7. I am sooooooo jealous! I have been wanting to try making goat's milk cheese forever, but it is so hard to find fresh goat's milk that hasn't been ultra-pasteurized. Ultra-pasteurized milk will not coagulate properly. But, lucky for you, you don't have that problem! Yes, you can make cheddar cheese curds with your goat's milk. I believe you should be able to do a simple exchange without any problems. But don't just limit yourself to cheddar! There are a number of other cheeses you can make without having to wait months for the results: feta, chevre, and mozzarella are just a few I can think of off the top of my head. I am so excited for you! Have fun!

    ReplyDelete
  8. Hi agericksen, I've never thought about doing cheese in the crock pot... do you have trouble maintaining the proper temperatures? My crock pot only has a high and low. I worry that holding the milk at a specific temperature for 30 minutes would be hard? I'd love to hear more details. I'm all about doing things the easy way! Thanks for the idea!

    ReplyDelete
  9. Tara,

    I use the low or warm setting and monitor the temperature with the thermometer. Having a lid also helps keep the temperature stable. Once I reach the target temp and I'm letting the culture and/or rennett do its job I have the pot turned off. Your pot should stay sufficiently warm in the off position for longer than 30 minutes. Just turn it back on the warm setting and monitor for "cooked" curds. I love it, less mess, less worry, and excellent cheese!. Now I buy all the crock pots I can find at yard sales. Each pot variety has its own quirks. Working with one and monitoring the first couple of batches will get you "settled" in with your make and model. Making feta as we speak in a crock pot!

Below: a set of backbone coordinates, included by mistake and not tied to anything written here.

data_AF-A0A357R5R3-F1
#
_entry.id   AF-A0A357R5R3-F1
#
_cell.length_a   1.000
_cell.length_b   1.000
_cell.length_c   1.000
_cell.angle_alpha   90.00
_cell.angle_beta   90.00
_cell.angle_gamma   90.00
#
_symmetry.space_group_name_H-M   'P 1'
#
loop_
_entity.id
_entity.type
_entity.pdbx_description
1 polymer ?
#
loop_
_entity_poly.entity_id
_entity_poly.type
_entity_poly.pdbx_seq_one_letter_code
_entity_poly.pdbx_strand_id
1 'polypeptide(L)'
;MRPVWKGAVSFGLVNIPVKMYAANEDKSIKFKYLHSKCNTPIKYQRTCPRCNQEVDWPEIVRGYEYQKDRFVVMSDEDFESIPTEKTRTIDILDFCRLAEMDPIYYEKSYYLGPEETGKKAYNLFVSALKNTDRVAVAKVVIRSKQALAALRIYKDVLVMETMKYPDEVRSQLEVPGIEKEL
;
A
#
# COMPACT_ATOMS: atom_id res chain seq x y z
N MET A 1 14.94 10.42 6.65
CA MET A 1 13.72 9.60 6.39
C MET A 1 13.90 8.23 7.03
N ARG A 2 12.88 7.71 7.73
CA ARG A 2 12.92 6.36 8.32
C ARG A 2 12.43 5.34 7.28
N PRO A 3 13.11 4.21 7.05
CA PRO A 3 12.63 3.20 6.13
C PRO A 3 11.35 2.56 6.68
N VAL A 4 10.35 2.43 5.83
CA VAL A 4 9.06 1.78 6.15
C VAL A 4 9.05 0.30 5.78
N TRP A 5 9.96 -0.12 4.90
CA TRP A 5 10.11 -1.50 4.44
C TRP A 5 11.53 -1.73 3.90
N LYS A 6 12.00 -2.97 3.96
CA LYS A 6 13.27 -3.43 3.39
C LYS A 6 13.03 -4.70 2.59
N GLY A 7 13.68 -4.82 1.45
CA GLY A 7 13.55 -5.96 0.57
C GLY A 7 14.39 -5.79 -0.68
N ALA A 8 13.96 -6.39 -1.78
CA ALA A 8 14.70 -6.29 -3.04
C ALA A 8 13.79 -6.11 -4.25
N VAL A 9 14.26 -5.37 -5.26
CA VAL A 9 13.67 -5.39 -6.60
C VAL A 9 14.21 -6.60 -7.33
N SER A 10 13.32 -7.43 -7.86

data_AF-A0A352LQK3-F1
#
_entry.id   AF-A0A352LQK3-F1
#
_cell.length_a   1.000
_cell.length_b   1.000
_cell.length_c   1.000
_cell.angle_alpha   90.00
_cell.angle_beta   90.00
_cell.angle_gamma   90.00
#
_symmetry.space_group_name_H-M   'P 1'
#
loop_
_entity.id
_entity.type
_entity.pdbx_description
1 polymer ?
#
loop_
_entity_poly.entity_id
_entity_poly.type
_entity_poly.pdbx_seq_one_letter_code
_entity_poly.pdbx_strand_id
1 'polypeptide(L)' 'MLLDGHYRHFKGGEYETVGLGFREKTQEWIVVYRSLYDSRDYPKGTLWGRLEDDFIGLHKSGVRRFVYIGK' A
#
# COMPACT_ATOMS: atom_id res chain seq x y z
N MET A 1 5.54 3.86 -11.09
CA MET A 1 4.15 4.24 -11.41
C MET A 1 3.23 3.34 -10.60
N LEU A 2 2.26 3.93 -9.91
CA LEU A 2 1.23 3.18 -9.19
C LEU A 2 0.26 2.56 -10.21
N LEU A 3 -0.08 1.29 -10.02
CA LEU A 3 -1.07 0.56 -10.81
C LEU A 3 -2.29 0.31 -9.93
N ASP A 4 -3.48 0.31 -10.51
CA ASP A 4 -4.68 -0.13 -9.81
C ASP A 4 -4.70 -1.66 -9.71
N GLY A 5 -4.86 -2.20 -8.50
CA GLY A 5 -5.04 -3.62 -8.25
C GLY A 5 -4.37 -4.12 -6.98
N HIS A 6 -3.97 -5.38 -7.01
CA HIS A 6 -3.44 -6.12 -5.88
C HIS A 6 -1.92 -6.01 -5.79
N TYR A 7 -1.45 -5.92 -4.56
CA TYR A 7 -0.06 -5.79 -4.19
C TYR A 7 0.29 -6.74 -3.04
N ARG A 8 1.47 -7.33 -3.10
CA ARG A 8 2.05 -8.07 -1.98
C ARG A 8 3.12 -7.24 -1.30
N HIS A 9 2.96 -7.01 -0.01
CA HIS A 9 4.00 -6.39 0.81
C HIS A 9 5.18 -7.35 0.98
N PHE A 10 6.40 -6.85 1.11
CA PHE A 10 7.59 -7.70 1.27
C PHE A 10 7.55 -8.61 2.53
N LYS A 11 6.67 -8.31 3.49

A-
    (rather impatientially waiting for our mini jersey to come into her milk so we can have those wonderfully aged hard cheeses)

    ReplyDelete
    Replies
    1. To agericksen: ...
      Im looking for a mini gersey cow! What have you enjoyed about having your mini cow & what frustrations have you had also? Do you have any suggestions on a great farm to buy a miniature gersey? Thanks ! -Angela

      Delete
  10. Hi Tara,
    I already make the feta, chevre', and ricotta.
    I guess you don't have a backyard you could put a doe or two in? Have you looked around for local dairy goat owners to see if you can talk them out of a couple gallons? I might try those cheddar cheese curds tonight!

    ReplyDelete